Is the Maratha Reservation Case SC’s Constitutional Nightmare?

Over the course of the hearing, the Court found itself muddling with many more constitutional issues.

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Opinion
3 min read
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Recently, a five-judge Constitution bench of the Supreme Court concluded a ten-day-long hearing in a batch of cases that had challenged the Bombay High Court’s judgement, which upheld reservation for Marathas up to 12 percent in jobs and education in Maharashtra.

Originally, the question before the Court was only whether this reservation breached the sacrosanct cap of 50 percent set by a nine-judge bench in Indra Sawhney vs Union of India. But over the course of the hearing, the court found itself muddling with many more constitutional issues having widespread consequences.

Revisiting Indra Sawhney

Passed in the backdrop of the “Mandal Commission Report” in 1992, the law laid down in Indra Sawhney has withstood the test of time in matters of affirmative action under Article 15 and 16 of the Indian Constitution.

However, in defence of the Maratha reservation, the Court has now been called upon to revisit the very basis on which the 50 percent cap was set in Indra Sawhney, being the Mandal Commission Report.

It was argued that the Mandal Report was formulated based on the census carried out in 1931 and that it did not reflect the present-day realities of India in terms of its population, its polity or the extent of social reality still prevalent.

Further, it was submitted that the judgement in Indra Sawhney was only meant to operate under Article 16(4) of the Constitution that covers reservations and adequate representation in public employment.

It did not mean to operate under Article 15, which allocates a wider sweep of power to the state in cases of affirmative action for “socially and educationally backward classes of citizens”.

103rd Amendment to the Constitution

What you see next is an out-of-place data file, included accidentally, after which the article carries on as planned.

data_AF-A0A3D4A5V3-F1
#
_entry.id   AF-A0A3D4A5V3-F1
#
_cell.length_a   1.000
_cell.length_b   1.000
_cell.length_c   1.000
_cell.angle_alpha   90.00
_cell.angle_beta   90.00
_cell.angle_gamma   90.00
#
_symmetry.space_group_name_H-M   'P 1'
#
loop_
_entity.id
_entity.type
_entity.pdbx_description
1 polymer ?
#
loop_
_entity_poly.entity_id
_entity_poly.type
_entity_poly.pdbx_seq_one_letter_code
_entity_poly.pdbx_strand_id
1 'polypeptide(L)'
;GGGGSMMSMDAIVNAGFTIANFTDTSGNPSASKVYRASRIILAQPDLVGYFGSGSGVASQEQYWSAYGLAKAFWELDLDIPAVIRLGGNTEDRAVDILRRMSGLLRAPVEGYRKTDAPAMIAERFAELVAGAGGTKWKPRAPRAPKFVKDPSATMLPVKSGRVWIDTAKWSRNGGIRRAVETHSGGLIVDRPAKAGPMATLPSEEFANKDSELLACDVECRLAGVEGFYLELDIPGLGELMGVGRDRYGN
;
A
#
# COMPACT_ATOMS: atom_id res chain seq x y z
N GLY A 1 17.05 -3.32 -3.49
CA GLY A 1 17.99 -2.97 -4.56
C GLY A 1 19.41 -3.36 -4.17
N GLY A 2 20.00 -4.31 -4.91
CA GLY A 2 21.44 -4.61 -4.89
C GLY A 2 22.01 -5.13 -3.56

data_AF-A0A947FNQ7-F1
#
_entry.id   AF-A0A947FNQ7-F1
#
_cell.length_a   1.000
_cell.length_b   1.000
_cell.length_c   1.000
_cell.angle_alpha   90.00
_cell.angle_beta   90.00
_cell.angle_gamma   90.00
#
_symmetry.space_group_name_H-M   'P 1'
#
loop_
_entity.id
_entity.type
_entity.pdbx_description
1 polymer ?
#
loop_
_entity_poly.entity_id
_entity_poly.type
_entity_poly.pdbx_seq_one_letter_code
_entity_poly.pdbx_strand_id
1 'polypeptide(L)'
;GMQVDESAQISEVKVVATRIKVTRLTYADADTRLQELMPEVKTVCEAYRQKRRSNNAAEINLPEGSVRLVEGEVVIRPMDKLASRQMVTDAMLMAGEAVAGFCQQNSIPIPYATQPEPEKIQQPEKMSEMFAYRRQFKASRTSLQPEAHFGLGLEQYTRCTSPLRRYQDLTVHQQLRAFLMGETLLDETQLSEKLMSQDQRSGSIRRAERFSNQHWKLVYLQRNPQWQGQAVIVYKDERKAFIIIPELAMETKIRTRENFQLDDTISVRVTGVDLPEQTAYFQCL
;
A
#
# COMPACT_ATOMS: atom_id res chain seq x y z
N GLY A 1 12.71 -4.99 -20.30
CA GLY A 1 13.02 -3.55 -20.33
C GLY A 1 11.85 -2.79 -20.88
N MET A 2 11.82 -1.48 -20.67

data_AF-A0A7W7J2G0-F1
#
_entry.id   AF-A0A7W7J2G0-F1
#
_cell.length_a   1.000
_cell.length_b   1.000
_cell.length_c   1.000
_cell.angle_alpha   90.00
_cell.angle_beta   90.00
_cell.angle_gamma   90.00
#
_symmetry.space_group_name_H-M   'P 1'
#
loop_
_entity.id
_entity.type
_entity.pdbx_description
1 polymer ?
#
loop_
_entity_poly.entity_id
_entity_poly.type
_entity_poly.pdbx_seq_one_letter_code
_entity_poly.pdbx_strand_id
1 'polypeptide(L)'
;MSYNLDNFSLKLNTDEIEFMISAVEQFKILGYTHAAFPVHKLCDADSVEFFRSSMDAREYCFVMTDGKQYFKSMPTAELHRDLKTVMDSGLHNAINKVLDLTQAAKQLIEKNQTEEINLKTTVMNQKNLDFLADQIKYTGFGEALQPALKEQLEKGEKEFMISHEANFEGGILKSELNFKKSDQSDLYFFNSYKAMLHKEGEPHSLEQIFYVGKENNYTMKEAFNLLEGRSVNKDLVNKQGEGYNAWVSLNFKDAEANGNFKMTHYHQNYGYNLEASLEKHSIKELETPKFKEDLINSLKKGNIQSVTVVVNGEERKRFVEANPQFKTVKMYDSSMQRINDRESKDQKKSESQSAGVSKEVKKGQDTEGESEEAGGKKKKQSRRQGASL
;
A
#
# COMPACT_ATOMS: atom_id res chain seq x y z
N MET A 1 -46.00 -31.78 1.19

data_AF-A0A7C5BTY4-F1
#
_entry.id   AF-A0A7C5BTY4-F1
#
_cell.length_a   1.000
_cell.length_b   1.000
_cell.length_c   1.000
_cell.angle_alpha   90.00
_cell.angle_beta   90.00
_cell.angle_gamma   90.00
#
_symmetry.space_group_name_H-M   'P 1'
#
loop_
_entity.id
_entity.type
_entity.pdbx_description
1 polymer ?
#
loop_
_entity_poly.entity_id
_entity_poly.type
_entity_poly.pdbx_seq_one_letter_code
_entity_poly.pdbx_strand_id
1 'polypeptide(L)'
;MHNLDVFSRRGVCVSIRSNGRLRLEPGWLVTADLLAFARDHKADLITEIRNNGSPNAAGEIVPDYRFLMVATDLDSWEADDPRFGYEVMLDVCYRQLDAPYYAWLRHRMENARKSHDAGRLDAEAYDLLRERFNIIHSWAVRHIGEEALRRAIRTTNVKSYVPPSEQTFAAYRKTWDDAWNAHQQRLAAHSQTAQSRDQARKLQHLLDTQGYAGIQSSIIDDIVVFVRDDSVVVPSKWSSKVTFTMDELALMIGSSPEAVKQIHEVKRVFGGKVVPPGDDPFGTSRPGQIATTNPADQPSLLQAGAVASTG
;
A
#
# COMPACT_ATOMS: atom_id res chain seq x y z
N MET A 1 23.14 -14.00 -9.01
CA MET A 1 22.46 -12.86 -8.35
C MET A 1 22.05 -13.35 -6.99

It was also argued that the introduction of 10 percent reservations for Economically Weaker Sections (EWS) by way of the 103rd Constitutional Amendment, effectively overturned Indra Sawhney, as the judgement had forbidden reservation based on economic criteria.

Therefore, the Court now faces an uphill task to not only interrogate the extent of reservation permissible but also judicially investigate the criteria based on which reservation can be granted.

Centre-State Tussle

Also, at the heart of this challenge, one of the seminal issues faced by the Court is whether the states have any power to specify the groups that constitute socially and educationally backward classes, given Article 342A’s introduction by way of the 102nd Constitutional Amendment.

Therefore, in substance answer, whether Article 342A abridges the federal structure and the concurrent powers of the states to also classify and legislate under Article 15 and 16 of the Constitution. Contesting the Maratha Reservation, it was submitted that the power to classify Marathas as socially and educationally backward lied only with the President of India and therefore, the due procedure specified under Article 342A was not followed.

Supreme Court’s Prerogative

Amidst all the legal issues, what also will need to be answered by the Supreme Court is whether inherently in the overall scheme of the Constitution of India, does it have any prerogative to set any limit on the reservation permissible.

During the arguments, it was specifically submitted by senior advocate Kapil Sibal that “percentages per se are not within the scope of judicial review” and considering the vast diversity of this country, can a one-size-fit-all-approach be adopted.

Moreover, is there enough data available at the disposal of the Supreme Court in contrast to the Parliament, to decide the criteria and the extent of reservation applicable across the length and breadth of the Indian territory.

Conclusion

However, in the process of adjudicating on these significant constitutional issues, the Court can also not lose sight of the fact that the power of the state to make reservation emanates out from an exception carved to the overall Right to Equality (non-discrimination) Code under Article 14, 15, 16 and 17 of the Indian Constitution.

Therefore, can this exception be interpreted so widely to justify reservation beyond 50 percent and is reservation the only way for the emancipation of the vulnerable groups?

Additionally, a larger sense of anxiety also prevails whether the legislature is capable enough to keep its political motives aside and strike out a fair balance between the Right to Equality and the need for upliftment, on these highly contentious issues.

(Gaurav Rana is a practising advocate based in Pune and his areas of interest are Constitutional Law and Criminal law. Twitter: @FOLLOWGR. This is an opinion piece and the views expressed above are the author’s own. The Quint neither endorses nor is responsible for the same.)

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